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from Chiswick Pets



Chiswick Pets

32 - 34 Devonshire Road

0208 747 0715

Finding and choosing a Cat or Dog

cat and dogs in bed

Occasionally, cats and dogs can be found for sale in pet shops.  If this is the case, especially with dogs, you should be very careful if considering buying one.  However, they are many other, often less risky, ways to get a cat or dog.

Both cats and dogs live a long time, and are a major commitment for the whole family, so it is important to research and think carefully whether you have the time to look after one, before deciding if they are the right pet for you.

 

Cats & Kittens

Always - make sure they have had their vaccinations.  Ideally kittens should had had their first set of vaccinations before they are ready to be taken home - if you are told they are too young for their shots, they may be too young to leave their mother!  All the vaccinations should be listed along with the date they were given and details of the vet who gave them. If kittens have not been vaccinated, it is important to get this done as soon as possible. They should also have been treated for worms and fleas - a round, swollen belly can be a sign of worm infestation.  Eyes and ears should be clear and clean with no discharge or unpleasant smells.  If you are buying the cat, make sure to find out who will be responsible for vet's fees if something goes wrong in the first short while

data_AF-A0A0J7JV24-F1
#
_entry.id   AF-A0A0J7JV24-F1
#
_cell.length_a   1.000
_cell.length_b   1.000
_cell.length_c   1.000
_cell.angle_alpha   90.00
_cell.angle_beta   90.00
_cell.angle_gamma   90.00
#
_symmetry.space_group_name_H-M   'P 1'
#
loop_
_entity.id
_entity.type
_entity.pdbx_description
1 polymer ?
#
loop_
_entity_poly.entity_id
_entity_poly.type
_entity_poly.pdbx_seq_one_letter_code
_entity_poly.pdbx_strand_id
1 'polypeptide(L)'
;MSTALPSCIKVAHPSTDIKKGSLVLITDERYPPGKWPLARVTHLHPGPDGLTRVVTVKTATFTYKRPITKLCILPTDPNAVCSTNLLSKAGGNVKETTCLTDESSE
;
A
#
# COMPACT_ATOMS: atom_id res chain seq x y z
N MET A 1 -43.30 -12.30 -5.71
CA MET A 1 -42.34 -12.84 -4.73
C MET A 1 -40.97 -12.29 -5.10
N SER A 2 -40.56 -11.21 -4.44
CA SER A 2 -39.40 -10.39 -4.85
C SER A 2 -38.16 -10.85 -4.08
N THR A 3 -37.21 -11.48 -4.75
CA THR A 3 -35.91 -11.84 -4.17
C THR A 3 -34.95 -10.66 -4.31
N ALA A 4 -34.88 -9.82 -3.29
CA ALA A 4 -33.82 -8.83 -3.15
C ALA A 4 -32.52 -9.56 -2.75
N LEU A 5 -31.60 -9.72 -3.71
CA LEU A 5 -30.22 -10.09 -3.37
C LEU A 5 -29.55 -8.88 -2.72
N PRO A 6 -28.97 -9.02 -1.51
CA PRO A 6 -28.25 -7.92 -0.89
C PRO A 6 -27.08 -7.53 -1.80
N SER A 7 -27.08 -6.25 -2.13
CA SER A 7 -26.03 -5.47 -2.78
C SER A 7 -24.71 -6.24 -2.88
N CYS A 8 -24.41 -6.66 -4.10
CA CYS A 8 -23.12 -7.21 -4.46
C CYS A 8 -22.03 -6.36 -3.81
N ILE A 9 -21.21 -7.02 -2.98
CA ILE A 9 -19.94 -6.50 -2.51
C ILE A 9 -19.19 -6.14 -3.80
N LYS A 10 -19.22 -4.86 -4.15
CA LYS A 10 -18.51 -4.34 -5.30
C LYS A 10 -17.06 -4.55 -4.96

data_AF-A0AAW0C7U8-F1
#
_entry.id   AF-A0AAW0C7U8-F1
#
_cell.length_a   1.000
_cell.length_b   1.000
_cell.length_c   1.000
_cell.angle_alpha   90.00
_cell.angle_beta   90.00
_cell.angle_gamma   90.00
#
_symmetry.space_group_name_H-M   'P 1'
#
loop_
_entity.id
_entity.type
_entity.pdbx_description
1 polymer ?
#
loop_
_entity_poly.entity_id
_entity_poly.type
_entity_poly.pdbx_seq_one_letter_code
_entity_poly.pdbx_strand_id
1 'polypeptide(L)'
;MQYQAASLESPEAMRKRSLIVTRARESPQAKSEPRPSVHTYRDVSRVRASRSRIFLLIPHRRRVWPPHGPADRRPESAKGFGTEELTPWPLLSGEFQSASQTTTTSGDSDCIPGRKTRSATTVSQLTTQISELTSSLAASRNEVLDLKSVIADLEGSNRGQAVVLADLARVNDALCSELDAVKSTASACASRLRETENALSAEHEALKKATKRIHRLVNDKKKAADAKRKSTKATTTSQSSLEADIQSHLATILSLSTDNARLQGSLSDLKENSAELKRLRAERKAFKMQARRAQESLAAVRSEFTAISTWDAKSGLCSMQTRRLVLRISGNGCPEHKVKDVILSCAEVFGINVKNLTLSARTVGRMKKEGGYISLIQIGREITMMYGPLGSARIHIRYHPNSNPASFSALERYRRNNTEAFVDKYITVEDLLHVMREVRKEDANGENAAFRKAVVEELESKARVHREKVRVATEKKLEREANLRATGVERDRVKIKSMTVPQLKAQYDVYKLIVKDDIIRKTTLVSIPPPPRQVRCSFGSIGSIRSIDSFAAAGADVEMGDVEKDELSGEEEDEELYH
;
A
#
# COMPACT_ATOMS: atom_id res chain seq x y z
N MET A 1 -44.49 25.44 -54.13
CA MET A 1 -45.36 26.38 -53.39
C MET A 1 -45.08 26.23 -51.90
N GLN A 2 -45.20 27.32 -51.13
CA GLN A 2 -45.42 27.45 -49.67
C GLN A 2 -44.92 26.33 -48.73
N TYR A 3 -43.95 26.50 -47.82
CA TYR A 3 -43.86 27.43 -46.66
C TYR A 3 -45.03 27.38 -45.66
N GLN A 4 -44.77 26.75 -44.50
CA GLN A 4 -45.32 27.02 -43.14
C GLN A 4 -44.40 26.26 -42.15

From a Pet Shop - be doubly careful that all the vaccination details are correct, and that the cat/kitten has been given a clean bill of health from a vet - you don't want to get your new pet home only to discover you now need to fork out thousands of pounds in vet's fees!  Shop staff should be happy to answer questions about the kittens, including where they come from, their age, how long they have been at the shop, and the amount of handling they receive.

one of our resident cats, MikaFrom a breeder - If you are looking for a pedigree cat, the Cat Fanciers Association keeps a listing of breeders of each breed.

Noticeboards/Adverts - make sure to see the conditions the cats/kittens have been kept in.  Be suspicious of any advert that promises to bring the cat to you.  Make sure you get the kitten's vaccination card when you pick them up - if the owner doesn't give you one, assume they haven't had any vaccinations and speak to the vet about getting this done as soon as possilbe.